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If you have already failed in your New Year’s purpose to exercise, try not to focus on all the routines you should have done.
New research reveals a surprising connection between people’s beliefs and their health: by being too negative about their physical activity, some may “think they are not in shape”.
Scientists at Stanford University, in the United States, analyzed mortality data of 61,000 adults.
For 21 years , they measured the number of people who exercised and, above all, the amount of exercise they thought they did compared to other individuals their age.
By analyzing the factors that could have contributed to the health of the participants, the researchers found that people who thought they were not doing as much exercise as their colleagues died younger than those who thought they were doing more, even when the actual amount of exercise what they did was the same.
These results were maintained even when the scientists considered factors such as smoking.
Exercise, of course, increases life expectancy, but this study suggests that perceptions about one’s exercise also make a difference.
The author of the research, Octavia Zahrt, of Stanford University, found that the risk of mortality was up to 71% higher for people perceived to be less active than their peers, compared to those who thought they exercised more. That the others.
What is this about?
The first possible reason why our perceptions of exercise could affect our health is simply that we feel stressed if we think we are not active enough .
Being bombarded with messages about health and seeing everyone exercising all the time can make us worry a lot and this type of chronic stress could damage our health.
But it could also be due to motivation. Perhaps if you already think you are active, your image of yourself as an athletic person encourages you to do even more exercise to fit in with this image.
This idea is supported by a 2015 investigation that showed the opposite: if you think you are less fit than your friends, you are more likely to be discouraged and have completely stopped exercising a year later.
A third explanation implies the opposite of the placebo effect: the “nocebo”.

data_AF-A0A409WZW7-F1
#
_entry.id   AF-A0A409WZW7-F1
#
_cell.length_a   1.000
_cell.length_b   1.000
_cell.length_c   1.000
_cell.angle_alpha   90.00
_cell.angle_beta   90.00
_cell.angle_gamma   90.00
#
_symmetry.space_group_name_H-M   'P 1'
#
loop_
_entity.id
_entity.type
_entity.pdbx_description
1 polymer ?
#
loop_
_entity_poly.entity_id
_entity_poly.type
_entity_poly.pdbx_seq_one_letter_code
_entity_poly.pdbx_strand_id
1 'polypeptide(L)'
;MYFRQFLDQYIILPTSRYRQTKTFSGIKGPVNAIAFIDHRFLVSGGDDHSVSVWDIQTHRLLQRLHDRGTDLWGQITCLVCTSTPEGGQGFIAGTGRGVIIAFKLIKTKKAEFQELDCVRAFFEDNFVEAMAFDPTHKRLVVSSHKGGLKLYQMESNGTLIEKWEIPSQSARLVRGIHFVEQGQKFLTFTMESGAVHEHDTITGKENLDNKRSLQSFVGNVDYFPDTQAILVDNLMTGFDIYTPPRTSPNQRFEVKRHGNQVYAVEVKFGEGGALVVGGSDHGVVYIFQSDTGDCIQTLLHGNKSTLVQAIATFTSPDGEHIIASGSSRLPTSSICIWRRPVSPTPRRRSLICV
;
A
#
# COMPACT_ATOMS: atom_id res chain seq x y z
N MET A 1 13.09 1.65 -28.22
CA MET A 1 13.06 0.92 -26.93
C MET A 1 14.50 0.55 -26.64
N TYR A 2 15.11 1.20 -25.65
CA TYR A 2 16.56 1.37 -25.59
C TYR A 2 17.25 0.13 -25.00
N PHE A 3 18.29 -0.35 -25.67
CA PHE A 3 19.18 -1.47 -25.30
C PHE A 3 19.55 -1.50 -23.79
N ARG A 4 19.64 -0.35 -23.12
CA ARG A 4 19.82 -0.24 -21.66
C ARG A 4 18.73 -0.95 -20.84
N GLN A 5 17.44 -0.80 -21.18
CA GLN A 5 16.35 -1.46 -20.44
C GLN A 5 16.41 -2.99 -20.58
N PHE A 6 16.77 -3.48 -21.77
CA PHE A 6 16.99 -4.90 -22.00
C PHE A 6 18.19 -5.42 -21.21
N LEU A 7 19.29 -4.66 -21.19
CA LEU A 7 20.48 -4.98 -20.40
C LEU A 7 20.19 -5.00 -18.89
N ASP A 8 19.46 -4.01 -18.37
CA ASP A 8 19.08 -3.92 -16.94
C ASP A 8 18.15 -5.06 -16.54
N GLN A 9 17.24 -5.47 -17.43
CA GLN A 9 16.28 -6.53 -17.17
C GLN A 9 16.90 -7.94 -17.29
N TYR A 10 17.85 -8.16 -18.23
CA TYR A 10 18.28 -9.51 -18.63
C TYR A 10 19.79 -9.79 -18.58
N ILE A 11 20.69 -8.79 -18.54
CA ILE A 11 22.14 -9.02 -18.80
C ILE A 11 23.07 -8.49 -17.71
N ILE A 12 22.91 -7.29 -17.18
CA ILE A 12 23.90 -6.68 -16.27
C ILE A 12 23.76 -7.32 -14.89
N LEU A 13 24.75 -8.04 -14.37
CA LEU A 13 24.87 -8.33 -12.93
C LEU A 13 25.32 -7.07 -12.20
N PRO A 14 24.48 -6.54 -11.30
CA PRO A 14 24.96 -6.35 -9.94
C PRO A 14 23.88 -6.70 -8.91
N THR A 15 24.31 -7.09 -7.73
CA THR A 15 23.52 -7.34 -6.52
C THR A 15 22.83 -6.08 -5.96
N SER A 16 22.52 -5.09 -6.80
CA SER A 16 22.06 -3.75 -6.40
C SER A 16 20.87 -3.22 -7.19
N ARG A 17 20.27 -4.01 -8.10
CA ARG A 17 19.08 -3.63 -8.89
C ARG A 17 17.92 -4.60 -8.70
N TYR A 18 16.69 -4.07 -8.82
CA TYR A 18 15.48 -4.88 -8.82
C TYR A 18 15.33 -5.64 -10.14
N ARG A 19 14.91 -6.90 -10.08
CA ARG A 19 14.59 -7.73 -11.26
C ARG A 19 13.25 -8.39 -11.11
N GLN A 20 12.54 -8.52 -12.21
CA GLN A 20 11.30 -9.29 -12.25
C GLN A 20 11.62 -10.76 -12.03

If you have negative expectations, the physiological effect of a treatment is reduced.
Then, maybe people were, in fact, as active as their friends, but they did not notice and some of the benefits were lost.
I work as an exercise
For example, only with their daily work the hotel cleaners do a lot of exercise: they run through corridors, push heavy carts with towels, clean bathrooms, vacuum and change sheets.
But a 2007 study found that they did not count this as exercise.
Alia Crum, also of Stanford University, told half of the cleaners involved in the investigation how much exercise they did and why it benefited them.
Four weeks later, this group had lost weight and had lower blood pressure.
Once they saw work as an opportunity to exercise, it had a greater physical impact on them.
Maybe they started vacuuming with more energy or maybe it was a placebo effect.
Another study from 2003 shows that our perceptions of age are related to our health.
As part of a study by University College London (UCL) in the United Kingdom, 7,000 public officials were asked when they thought that old age began.
When Hannah Kuper and UCL professor Sir Michael Marmot analyzed the data, they found that people who thought that old age began at age 60 or younger were more likely to have serious heart problems than those who thought that old age came to life. 70 or more.
We still do not have all the answers, but it is increasingly clear that our perceptions of our health and fitness are important.
I will make sure to assess the activity I do and at the same time. to avoid conversations about exercises with marathon friends.